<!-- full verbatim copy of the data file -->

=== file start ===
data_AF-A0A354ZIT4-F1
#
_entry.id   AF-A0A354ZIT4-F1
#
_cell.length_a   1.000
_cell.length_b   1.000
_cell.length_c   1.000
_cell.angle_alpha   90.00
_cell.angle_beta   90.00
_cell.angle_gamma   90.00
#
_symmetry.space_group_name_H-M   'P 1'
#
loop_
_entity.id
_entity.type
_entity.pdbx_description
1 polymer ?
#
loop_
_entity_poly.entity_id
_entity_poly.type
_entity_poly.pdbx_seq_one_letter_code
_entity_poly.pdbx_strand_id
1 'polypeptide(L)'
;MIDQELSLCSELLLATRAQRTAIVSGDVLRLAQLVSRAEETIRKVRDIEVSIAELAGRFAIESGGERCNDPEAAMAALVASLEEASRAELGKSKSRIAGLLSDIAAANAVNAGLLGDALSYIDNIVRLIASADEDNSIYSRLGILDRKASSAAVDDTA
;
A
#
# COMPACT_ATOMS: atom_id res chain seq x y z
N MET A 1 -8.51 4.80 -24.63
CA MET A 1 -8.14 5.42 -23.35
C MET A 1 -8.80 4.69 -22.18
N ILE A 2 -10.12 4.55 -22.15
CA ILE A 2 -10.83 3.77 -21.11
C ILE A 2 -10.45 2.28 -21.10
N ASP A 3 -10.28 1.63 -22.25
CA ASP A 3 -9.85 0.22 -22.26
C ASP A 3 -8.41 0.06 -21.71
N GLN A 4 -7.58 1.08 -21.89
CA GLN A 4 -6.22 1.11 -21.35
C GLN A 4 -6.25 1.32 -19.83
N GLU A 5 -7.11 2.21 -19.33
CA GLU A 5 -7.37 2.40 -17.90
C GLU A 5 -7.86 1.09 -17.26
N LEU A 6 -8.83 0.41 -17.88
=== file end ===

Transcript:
data_AF-A0A354ZIT4-F1
#
_entry.id   AF-A0A354ZIT4-F1
#
_cell.length_a   1.000
_cell.length_b   1.000
_cell.length_c   1.000
_cell.angle_alpha   90.00
_cell.angle_beta   90.00
_cell.angle_gamma   90.00
#
_symmetry.space_group_name_H-M   'P 1'
#
loop_
_entity.id
_entity.type
_entity.pdbx_description
1 polymer ?
#
loop_
_entity_poly.entity_id
_entity_poly.type
_entity_poly.pdbx_seq_one_letter_code
_entity_poly.pdbx_strand_id
1 'polypeptide(L)'
;MIDQELSLCSELLLATRAQRTAIVSGDVLRLAQLVSRAEETIRKVRDIEVSIAELAGRFAIESGGERCNDPEAAMAALVASLEEASRAELGKSKSRIAGLLSDIAAANAVNAGLLGDALSYIDNIVRLIASADEDNSIYSRLGILDRKASSAAVDDTA
;
A
#
# COMPACT_ATOMS: atom_id res chain seq x y z
N MET A 1 -8.51 4.80 -24.63
CA MET A 1 -8.14 5.42 -23.35
C MET A 1 -8.80 4.69 -22.18
N ILE A 2 -10.12 4.55 -22.15
CA ILE A 2 -10.83 3.77 -21.11
C ILE A 2 -10.45 2.28 -21.10
N ASP A 3 -10.28 1.63 -22.25
CA ASP A 3 -9.85 0.22 -22.26
C ASP A 3 -8.41 0.06 -21.71
N GLN A 4 -7.58 1.08 -21.89
CA GLN A 4 -6.22 1.11 -21.35
C GLN A 4 -6.25 1.32 -19.83
N GLU A 5 -7.11 2.21 -19.33
CA GLU A 5 -7.37 2.40 -17.90
C GLU A 5 -7.86 1.09 -17.26
N LEU A 6 -8.83 0.41 -17.88